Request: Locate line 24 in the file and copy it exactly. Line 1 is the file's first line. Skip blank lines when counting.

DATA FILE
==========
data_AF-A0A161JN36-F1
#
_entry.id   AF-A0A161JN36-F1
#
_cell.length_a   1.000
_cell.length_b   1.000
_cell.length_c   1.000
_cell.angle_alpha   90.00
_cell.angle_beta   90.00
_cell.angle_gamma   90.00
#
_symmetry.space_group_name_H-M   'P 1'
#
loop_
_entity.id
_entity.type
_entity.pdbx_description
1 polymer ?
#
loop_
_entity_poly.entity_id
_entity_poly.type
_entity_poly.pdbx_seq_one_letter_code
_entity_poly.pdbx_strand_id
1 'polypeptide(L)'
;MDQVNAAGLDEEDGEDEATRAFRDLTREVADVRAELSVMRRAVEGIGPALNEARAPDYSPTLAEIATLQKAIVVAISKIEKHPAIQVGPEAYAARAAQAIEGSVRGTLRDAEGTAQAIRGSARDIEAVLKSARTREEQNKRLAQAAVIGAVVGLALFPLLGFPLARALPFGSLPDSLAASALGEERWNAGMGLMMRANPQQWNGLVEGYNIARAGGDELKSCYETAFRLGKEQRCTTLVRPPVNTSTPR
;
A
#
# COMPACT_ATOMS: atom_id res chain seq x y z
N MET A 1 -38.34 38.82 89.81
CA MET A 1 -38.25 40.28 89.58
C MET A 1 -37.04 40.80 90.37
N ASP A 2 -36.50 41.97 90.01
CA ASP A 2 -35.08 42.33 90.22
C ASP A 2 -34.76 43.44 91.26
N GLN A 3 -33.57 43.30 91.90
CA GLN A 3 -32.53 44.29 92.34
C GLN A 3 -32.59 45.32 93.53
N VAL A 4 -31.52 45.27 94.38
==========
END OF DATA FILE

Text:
_entity_poly.pdbx_strand_id